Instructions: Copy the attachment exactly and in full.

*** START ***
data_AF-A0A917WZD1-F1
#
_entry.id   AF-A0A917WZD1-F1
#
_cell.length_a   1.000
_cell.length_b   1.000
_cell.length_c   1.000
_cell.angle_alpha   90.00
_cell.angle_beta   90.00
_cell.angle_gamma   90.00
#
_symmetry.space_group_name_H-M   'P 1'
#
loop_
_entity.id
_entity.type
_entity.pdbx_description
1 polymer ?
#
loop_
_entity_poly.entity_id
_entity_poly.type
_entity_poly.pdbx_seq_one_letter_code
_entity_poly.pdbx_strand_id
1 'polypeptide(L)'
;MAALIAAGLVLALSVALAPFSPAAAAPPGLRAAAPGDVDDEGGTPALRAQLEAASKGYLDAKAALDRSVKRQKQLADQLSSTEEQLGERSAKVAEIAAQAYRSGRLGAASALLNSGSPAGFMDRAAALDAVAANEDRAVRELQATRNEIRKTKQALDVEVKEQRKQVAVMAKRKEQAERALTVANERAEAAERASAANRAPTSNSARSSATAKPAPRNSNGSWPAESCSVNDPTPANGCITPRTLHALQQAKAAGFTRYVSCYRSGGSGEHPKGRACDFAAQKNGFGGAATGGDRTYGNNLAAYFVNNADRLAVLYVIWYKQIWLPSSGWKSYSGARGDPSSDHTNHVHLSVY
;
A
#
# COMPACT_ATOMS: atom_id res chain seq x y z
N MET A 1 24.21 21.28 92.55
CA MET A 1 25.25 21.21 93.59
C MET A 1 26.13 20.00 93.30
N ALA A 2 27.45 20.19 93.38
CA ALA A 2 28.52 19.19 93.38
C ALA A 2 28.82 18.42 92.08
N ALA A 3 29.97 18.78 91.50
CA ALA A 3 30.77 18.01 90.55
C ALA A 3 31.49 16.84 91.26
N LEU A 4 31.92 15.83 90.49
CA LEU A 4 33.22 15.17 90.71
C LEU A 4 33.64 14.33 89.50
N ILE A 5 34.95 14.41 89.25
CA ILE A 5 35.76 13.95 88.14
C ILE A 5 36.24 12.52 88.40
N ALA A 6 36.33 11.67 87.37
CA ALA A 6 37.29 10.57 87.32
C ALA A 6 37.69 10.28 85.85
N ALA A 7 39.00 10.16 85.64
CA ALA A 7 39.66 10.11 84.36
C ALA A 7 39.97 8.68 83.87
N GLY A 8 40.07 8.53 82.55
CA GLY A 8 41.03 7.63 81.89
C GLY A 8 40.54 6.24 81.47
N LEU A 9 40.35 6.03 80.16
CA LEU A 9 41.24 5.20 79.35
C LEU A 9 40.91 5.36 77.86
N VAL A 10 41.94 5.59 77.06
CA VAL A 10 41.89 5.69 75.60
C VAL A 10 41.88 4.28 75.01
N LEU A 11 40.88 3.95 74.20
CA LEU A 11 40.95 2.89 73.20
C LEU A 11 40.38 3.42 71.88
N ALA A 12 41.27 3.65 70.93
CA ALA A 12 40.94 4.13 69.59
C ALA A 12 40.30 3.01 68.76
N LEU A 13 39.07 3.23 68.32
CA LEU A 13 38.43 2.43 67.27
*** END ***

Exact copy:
data_AF-A0A917WZD1-F1
#
_entry.id   AF-A0A917WZD1-F1
#
_cell.length_a   1.000
_cell.length_b   1.000
_cell.length_c   1.000
_cell.angle_alpha   90.00
_cell.angle_beta   90.00
_cell.angle_gamma   90.00
#
_symmetry.space_group_name_H-M   'P 1'
#
loop_
_entity.id
_entity.type
_entity.pdbx_description
1 polymer ?
#
loop_
_entity_poly.entity_id
_entity_poly.type
_entity_poly.pdbx_seq_one_letter_code
_entity_poly.pdbx_strand_id
1 'polypeptide(L)'
;MAALIAAGLVLALSVALAPFSPAAAAPPGLRAAAPGDVDDEGGTPALRAQLEAASKGYLDAKAALDRSVKRQKQLADQLSSTEEQLGERSAKVAEIAAQAYRSGRLGAASALLNSGSPAGFMDRAAALDAVAANEDRAVRELQATRNEIRKTKQALDVEVKEQRKQVAVMAKRKEQAERALTVANERAEAAERASAANRAPTSNSARSSATAKPAPRNSNGSWPAESCSVNDPTPANGCITPRTLHALQQAKAAGFTRYVSCYRSGGSGEHPKGRACDFAAQKNGFGGAATGGDRTYGNNLAAYFVNNADRLAVLYVIWYKQIWLPSSGWKSYSGARGDPSSDHTNHVHLSVY
;
A
#
# COMPACT_ATOMS: atom_id res chain seq x y z
N MET A 1 24.21 21.28 92.55
CA MET A 1 25.25 21.21 93.59
C MET A 1 26.13 20.00 93.30
N ALA A 2 27.45 20.19 93.38
CA ALA A 2 28.52 19.19 93.38
C ALA A 2 28.82 18.42 92.08
N ALA A 3 29.97 18.78 91.50
CA ALA A 3 30.77 18.01 90.55
C ALA A 3 31.49 16.84 91.26
N LEU A 4 31.92 15.83 90.49
CA LEU A 4 33.22 15.17 90.71
C LEU A 4 33.64 14.33 89.50
N ILE A 5 34.95 14.41 89.25
CA ILE A 5 35.76 13.95 88.14
C ILE A 5 36.24 12.52 88.40
N ALA A 6 36.33 11.67 87.37
CA ALA A 6 37.29 10.57 87.32
C ALA A 6 37.69 10.28 85.85
N ALA A 7 39.00 10.16 85.64
CA ALA A 7 39.66 10.11 84.36
C ALA A 7 39.97 8.68 83.87
N GLY A 8 40.07 8.53 82.55
CA GLY A 8 41.03 7.63 81.89
C GLY A 8 40.54 6.24 81.47
N LEU A 9 40.35 6.03 80.16
CA LEU A 9 41.24 5.20 79.35
C LEU A 9 40.91 5.36 77.86
N VAL A 10 41.94 5.59 77.06
CA VAL A 10 41.89 5.69 75.60
C VAL A 10 41.88 4.28 75.01
N LEU A 11 40.88 3.95 74.20
CA LEU A 11 40.95 2.89 73.20
C LEU A 11 40.38 3.42 71.88
N ALA A 12 41.27 3.65 70.93
CA ALA A 12 40.94 4.13 69.59
C ALA A 12 40.30 3.01 68.76
N LEU A 13 39.07 3.23 68.32
CA LEU A 13 38.43 2.43 67.27